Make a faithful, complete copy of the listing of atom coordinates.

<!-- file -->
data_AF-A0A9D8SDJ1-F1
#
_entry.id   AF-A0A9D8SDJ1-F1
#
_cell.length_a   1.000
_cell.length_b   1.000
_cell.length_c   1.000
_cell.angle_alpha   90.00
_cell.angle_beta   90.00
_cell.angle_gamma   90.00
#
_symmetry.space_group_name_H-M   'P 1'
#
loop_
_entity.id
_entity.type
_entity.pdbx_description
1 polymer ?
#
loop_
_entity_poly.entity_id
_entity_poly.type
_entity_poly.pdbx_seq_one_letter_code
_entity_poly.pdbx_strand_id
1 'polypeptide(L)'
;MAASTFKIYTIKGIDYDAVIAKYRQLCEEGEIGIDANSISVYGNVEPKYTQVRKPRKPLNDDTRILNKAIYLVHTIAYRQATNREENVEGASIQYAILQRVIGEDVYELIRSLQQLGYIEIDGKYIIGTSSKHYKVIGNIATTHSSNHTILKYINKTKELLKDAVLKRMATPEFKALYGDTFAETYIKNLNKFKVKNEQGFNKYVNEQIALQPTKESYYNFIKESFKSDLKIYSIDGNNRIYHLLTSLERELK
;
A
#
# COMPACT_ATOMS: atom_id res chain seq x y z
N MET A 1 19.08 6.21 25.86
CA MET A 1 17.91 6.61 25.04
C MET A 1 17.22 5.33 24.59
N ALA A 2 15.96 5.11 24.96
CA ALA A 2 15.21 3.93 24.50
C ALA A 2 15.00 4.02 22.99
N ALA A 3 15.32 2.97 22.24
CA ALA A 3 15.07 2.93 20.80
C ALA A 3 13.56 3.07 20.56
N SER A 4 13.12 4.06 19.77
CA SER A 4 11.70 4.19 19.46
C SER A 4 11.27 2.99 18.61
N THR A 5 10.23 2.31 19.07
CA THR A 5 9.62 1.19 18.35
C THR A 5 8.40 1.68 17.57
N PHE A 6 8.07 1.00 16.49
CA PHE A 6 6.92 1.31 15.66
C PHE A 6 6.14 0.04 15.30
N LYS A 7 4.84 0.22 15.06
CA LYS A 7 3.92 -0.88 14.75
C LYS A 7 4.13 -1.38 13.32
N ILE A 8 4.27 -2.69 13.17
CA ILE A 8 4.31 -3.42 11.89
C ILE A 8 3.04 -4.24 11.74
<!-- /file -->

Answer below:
data_AF-A0A9D8SDJ1-F1
#
_entry.id   AF-A0A9D8SDJ1-F1
#
_cell.length_a   1.000
_cell.length_b   1.000
_cell.length_c   1.000
_cell.angle_alpha   90.00
_cell.angle_beta   90.00
_cell.angle_gamma   90.00
#
_symmetry.space_group_name_H-M   'P 1'
#
loop_
_entity.id
_entity.type
_entity.pdbx_description
1 polymer ?
#
loop_
_entity_poly.entity_id
_entity_poly.type
_entity_poly.pdbx_seq_one_letter_code
_entity_poly.pdbx_strand_id
1 'polypeptide(L)'
;MAASTFKIYTIKGIDYDAVIAKYRQLCEEGEIGIDANSISVYGNVEPKYTQVRKPRKPLNDDTRILNKAIYLVHTIAYRQATNREENVEGASIQYAILQRVIGEDVYELIRSLQQLGYIEIDGKYIIGTSSKHYKVIGNIATTHSSNHTILKYINKTKELLKDAVLKRMATPEFKALYGDTFAETYIKNLNKFKVKNEQGFNKYVNEQIALQPTKESYYNFIKESFKSDLKIYSIDGNNRIYHLLTSLERELK
;
A
#
# COMPACT_ATOMS: atom_id res chain seq x y z
N MET A 1 19.08 6.21 25.86
CA MET A 1 17.91 6.61 25.04
C MET A 1 17.22 5.33 24.59
N ALA A 2 15.96 5.11 24.96
CA ALA A 2 15.21 3.93 24.50
C ALA A 2 15.00 4.02 22.99
N ALA A 3 15.32 2.97 22.24
CA ALA A 3 15.07 2.93 20.80
C ALA A 3 13.56 3.07 20.56
N SER A 4 13.12 4.06 19.77
CA SER A 4 11.70 4.19 19.46
C SER A 4 11.27 2.99 18.61
N THR A 5 10.23 2.31 19.07
CA THR A 5 9.62 1.19 18.35
C THR A 5 8.40 1.68 17.57
N PHE A 6 8.07 1.00 16.49
CA PHE A 6 6.92 1.31 15.66
C PHE A 6 6.14 0.04 15.30
N LYS A 7 4.84 0.22 15.06
CA LYS A 7 3.92 -0.88 14.75
C LYS A 7 4.13 -1.38 13.32
N ILE A 8 4.27 -2.69 13.17
CA ILE A 8 4.31 -3.42 11.89
C ILE A 8 3.04 -4.24 11.74